To say that the Federal Reserve is between a rock and a hard place is an understatement.

Markets want a halt to inflation, but they don’t want a full-fledged recession or sustained drop in economic activity. Households and consumers want their dollars to stretch further and not be short-circuited by price increases in things they buy. And firms like low interest rates and worry about rising rates since they have become used to borrowing very cheaply over the past decade. The problem is that there is no miracle cure for inflation.

The Federal Reserve will undoubtedly increase rates again soon, after three rises since May, and they may not be done. Chairman Jerome Powell has said he will continue to fight inflation with tough monetary policy. 

But let’s take a closer look at inflation. Starting with the notion that a good deal of current inflation in the United States is due to what economists call the “supply side,” namely increases in the prices of commodities like fuel, food and fertilizers as well as lingering issues caused by supply shortages during the pandemic, we cannot conclude that the economy is overheating.

Some have argued that the commodity spike will come down, just like gas prices have receded. And there is some preliminary evidence that shipping costs have come down and global supply chains may be returning to normalcy. Others, however, worry that inflation has become imbedded in expectations and will continue to thrive unless arrested. 

The difficulty is that to contain inflation from the demand side, the only avenue open to policymakers, the Fed may have to dial the economy down so tightly that it causes recession. Currently low unemployment would rise, and people would be laid off, and the economy would tank. Whether this outcome is avoidable is the real question, and few have that answer.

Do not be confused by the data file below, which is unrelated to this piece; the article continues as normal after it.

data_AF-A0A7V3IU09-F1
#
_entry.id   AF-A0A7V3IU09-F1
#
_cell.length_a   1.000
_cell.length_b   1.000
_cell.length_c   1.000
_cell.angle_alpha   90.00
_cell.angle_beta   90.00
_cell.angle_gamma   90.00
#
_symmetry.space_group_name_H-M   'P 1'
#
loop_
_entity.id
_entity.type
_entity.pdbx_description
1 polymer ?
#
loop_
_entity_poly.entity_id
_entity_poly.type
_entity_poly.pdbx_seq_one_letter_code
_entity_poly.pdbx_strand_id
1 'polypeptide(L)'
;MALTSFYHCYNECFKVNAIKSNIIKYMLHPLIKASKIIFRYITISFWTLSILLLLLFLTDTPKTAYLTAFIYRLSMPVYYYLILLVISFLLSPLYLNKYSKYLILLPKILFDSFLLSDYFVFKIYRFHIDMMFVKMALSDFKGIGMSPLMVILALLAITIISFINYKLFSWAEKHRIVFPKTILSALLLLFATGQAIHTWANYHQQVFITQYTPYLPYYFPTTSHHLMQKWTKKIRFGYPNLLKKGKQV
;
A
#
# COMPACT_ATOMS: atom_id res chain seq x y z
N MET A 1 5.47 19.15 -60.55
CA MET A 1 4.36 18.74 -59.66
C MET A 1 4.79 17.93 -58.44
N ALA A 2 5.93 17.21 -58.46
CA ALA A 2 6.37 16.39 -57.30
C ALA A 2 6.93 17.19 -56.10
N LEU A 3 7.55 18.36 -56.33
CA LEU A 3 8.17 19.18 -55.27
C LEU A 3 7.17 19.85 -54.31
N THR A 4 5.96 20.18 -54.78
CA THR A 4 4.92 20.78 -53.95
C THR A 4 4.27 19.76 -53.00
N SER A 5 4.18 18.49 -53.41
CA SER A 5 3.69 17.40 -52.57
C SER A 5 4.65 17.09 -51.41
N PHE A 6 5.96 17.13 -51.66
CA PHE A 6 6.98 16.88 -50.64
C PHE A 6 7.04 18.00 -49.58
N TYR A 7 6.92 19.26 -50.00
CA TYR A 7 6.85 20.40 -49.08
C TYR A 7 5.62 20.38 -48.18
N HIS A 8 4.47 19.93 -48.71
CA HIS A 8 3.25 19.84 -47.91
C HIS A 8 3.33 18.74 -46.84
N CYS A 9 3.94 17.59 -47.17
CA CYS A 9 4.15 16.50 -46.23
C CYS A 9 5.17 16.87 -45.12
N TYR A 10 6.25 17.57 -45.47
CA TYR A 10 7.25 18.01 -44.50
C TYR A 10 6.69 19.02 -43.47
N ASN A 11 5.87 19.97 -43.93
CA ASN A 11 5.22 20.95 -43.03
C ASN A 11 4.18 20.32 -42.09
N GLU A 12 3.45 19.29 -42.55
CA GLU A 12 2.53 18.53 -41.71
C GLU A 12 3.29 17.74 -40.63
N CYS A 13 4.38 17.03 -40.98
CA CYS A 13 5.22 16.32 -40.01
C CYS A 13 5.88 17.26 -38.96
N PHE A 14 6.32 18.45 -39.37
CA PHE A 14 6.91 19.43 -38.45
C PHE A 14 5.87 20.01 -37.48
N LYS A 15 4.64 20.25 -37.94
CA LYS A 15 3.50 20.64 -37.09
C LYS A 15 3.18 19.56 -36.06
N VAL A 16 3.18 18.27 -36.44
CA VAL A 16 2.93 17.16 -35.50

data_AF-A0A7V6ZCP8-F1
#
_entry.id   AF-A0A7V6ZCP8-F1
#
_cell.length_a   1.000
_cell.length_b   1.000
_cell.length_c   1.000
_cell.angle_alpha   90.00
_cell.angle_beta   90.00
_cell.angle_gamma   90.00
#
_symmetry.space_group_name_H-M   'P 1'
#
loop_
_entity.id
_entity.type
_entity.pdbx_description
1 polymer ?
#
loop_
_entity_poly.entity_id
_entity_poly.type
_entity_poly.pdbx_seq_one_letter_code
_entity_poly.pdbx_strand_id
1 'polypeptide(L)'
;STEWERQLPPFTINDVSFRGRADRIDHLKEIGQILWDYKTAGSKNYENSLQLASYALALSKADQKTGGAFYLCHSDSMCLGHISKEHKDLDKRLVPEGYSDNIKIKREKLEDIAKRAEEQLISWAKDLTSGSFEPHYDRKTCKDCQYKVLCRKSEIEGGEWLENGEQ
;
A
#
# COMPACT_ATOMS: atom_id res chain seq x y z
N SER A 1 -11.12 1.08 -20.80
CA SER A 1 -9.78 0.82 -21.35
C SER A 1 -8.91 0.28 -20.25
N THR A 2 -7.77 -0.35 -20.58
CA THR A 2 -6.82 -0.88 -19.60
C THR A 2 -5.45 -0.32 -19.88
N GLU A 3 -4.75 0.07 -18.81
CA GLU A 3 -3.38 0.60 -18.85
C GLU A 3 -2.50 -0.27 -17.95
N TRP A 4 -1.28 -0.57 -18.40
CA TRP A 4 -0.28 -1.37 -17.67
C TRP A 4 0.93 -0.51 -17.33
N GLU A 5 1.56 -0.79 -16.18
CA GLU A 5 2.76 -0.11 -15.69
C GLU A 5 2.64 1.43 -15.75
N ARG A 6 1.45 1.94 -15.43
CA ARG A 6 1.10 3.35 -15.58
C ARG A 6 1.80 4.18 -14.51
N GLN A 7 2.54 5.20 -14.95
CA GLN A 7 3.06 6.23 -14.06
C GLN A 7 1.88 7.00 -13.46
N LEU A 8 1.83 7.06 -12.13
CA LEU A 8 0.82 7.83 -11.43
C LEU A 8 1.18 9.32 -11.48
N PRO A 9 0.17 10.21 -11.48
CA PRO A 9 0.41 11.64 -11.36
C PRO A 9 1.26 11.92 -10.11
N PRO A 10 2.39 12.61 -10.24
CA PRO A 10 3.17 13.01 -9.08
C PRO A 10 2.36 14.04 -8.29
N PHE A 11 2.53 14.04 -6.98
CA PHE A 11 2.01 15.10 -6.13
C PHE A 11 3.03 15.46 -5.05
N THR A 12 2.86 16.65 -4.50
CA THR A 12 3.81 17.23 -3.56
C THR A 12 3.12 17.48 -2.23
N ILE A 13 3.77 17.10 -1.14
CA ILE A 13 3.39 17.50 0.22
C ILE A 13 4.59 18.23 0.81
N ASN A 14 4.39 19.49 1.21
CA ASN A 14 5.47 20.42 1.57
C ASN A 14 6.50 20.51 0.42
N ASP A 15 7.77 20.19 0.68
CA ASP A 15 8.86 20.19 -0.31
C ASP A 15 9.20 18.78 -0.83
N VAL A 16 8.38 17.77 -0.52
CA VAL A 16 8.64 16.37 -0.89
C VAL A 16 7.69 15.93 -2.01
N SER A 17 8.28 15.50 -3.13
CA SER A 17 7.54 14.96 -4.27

Some might ask why prices are rising in areas unaffected by these supply shocks. Why should the price of toothpaste increase? Some observers would say it’s a result of firms anticipating inflation and wanting to get ahead of it. Others might say that many sectors in the U.S. economy are controlled by a few large firms that can afford to exercise their market power.

Past efforts at jawboning firms to hold the line on prices have all failed, and controls on prices are both undesirable as policy and impossible to implement and hence a non-starter.

Another consideration related to the Fed’s policy of raising rates is that it is engaged in “Quantitative Tightening,” a long-overdue action to soak up excess liquidity that was pumped into the financial system through a policy aptly known as “Quantitative Easing,” whereby the central bank bought all sorts of assets and added them to its balance sheet. This policy that began after the Great Recession and took on greater steam during the pandemic lost its rationale in 2021 and should have been phased out. The Fed has been justly criticized for its inaction; however, the result is that its balance sheet more than doubled over the last three years and now sits uncomfortably at $9 trillion.

As the Fed allows these purchased assets to mature and sells others, the effect is to reduce liquidity. Combined with rising rates, this is a double whammy for some firms. Specifically, it means firms that are highly leveraged (heavily indebted) will increasingly find it difficult to refinance themselves, resulting in more financial problems and more potential bankruptcies.

Wouldn’t it be ironic if the Fed’s actions did very little in the fight against inflation, but resulted in more corporate distress? This is reason to consider the Fed’s position as largely untenable. The most we can hope for is that supply-side constraints ease, corporations keep their price increases in check, and that labor markets continue to flourish. Inflation may well have peaked, and the right course of action for the remainder of 2022 may be to let it recede on its own.

Compounding past mistakes with new errors would be misguided, unfortunate and costly.